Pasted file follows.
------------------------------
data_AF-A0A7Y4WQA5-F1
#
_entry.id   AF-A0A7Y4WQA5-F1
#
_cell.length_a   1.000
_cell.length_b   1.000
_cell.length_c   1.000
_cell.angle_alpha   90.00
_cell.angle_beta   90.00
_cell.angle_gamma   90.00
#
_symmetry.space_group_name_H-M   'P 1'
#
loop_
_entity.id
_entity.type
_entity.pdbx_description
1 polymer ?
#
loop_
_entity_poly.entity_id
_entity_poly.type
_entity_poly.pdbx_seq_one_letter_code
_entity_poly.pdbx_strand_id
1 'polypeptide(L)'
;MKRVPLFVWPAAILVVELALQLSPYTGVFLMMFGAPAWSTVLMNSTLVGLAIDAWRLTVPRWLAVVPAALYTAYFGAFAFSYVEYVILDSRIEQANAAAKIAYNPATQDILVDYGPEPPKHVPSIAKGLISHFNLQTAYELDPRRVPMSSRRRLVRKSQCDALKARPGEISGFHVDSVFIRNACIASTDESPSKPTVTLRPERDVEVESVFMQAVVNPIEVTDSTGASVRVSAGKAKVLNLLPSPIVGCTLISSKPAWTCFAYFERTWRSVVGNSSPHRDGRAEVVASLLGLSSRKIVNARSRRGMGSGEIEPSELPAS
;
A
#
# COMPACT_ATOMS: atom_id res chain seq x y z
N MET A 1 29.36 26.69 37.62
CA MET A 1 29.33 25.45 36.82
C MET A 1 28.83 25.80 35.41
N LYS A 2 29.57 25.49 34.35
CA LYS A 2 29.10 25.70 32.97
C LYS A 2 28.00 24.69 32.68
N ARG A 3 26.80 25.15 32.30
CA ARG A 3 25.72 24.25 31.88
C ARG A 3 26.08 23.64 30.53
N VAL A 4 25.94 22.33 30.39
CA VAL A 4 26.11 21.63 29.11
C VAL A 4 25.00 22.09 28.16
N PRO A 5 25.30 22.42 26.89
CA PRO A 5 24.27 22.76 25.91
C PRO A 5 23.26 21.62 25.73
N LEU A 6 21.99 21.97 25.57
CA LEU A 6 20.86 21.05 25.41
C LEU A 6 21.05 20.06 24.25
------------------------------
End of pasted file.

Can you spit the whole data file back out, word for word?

data_AF-A0A7Y4WQA5-F1
#
_entry.id   AF-A0A7Y4WQA5-F1
#
_cell.length_a   1.000
_cell.length_b   1.000
_cell.length_c   1.000
_cell.angle_alpha   90.00
_cell.angle_beta   90.00
_cell.angle_gamma   90.00
#
_symmetry.space_group_name_H-M   'P 1'
#
loop_
_entity.id
_entity.type
_entity.pdbx_description
1 polymer ?
#
loop_
_entity_poly.entity_id
_entity_poly.type
_entity_poly.pdbx_seq_one_letter_code
_entity_poly.pdbx_strand_id
1 'polypeptide(L)'
;MKRVPLFVWPAAILVVELALQLSPYTGVFLMMFGAPAWSTVLMNSTLVGLAIDAWRLTVPRWLAVVPAALYTAYFGAFAFSYVEYVILDSRIEQANAAAKIAYNPATQDILVDYGPEPPKHVPSIAKGLISHFNLQTAYELDPRRVPMSSRRRLVRKSQCDALKARPGEISGFHVDSVFIRNACIASTDESPSKPTVTLRPERDVEVESVFMQAVVNPIEVTDSTGASVRVSAGKAKVLNLLPSPIVGCTLISSKPAWTCFAYFERTWRSVVGNSSPHRDGRAEVVASLLGLSSRKIVNARSRRGMGSGEIEPSELPAS
;
A
#
# COMPACT_ATOMS: atom_id res chain seq x y z
N MET A 1 29.36 26.69 37.62
CA MET A 1 29.33 25.45 36.82
C MET A 1 28.83 25.80 35.41
N LYS A 2 29.57 25.49 34.35
CA LYS A 2 29.10 25.70 32.97
C LYS A 2 28.00 24.69 32.68
N ARG A 3 26.80 25.15 32.30
CA ARG A 3 25.72 24.25 31.88
C ARG A 3 26.08 23.64 30.53
N VAL A 4 25.94 22.33 30.39
CA VAL A 4 26.11 21.63 29.11
C VAL A 4 25.00 22.09 28.16
N PRO A 5 25.30 22.42 26.89
CA PRO A 5 24.27 22.76 25.91
C PRO A 5 23.26 21.62 25.73
N LEU A 6 21.99 21.97 25.57
CA LEU A 6 20.86 21.05 25.41
C LEU A 6 21.05 20.06 24.25